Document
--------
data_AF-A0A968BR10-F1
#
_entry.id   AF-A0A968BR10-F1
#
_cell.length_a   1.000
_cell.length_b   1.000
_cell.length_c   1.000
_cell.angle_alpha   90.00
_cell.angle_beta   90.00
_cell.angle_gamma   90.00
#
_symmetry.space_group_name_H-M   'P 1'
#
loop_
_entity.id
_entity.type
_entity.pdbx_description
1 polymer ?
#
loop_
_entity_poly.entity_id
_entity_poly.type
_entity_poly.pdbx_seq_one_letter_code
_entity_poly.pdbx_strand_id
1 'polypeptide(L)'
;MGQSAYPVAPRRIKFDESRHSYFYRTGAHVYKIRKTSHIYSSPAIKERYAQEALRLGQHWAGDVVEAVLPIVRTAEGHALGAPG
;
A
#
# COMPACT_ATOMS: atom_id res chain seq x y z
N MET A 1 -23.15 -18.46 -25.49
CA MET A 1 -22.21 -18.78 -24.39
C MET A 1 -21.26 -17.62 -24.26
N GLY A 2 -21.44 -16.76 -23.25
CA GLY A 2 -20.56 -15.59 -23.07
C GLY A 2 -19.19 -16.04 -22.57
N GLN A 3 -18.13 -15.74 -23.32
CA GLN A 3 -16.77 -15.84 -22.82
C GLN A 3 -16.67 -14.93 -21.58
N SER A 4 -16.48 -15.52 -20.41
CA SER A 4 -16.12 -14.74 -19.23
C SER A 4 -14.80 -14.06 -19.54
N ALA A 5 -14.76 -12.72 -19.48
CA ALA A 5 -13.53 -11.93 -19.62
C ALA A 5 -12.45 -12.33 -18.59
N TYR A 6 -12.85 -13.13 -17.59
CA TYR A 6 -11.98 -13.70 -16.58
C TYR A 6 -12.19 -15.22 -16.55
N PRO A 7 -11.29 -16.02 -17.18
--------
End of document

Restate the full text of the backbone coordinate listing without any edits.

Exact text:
data_AF-A0A968BR10-F1
#
_entry.id   AF-A0A968BR10-F1
#
_cell.length_a   1.000
_cell.length_b   1.000
_cell.length_c   1.000
_cell.angle_alpha   90.00
_cell.angle_beta   90.00
_cell.angle_gamma   90.00
#
_symmetry.space_group_name_H-M   'P 1'
#
loop_
_entity.id
_entity.type
_entity.pdbx_description
1 polymer ?
#
loop_
_entity_poly.entity_id
_entity_poly.type
_entity_poly.pdbx_seq_one_letter_code
_entity_poly.pdbx_strand_id
1 'polypeptide(L)'
;MGQSAYPVAPRRIKFDESRHSYFYRTGAHVYKIRKTSHIYSSPAIKERYAQEALRLGQHWAGDVVEAVLPIVRTAEGHALGAPG
;
A
#
# COMPACT_ATOMS: atom_id res chain seq x y z
N MET A 1 -23.15 -18.46 -25.49
CA MET A 1 -22.21 -18.78 -24.39
C MET A 1 -21.26 -17.62 -24.26
N GLY A 2 -21.44 -16.76 -23.25
CA GLY A 2 -20.56 -15.59 -23.07
C GLY A 2 -19.19 -16.04 -22.57
N GLN A 3 -18.13 -15.74 -23.32
CA GLN A 3 -16.77 -15.84 -22.82
C GLN A 3 -16.67 -14.93 -21.58
N SER A 4 -16.48 -15.52 -20.41
CA SER A 4 -16.12 -14.74 -19.23
C SER A 4 -14.80 -14.06 -19.54
N ALA A 5 -14.76 -12.72 -19.48
CA ALA A 5 -13.53 -11.93 -19.62
C ALA A 5 -12.45 -12.33 -18.59
N TYR A 6 -12.85 -13.13 -17.59
CA TYR A 6 -11.98 -13.70 -16.58
C TYR A 6 -12.19 -15.22 -16.55
N PRO A 7 -11.29 -16.02 -17.18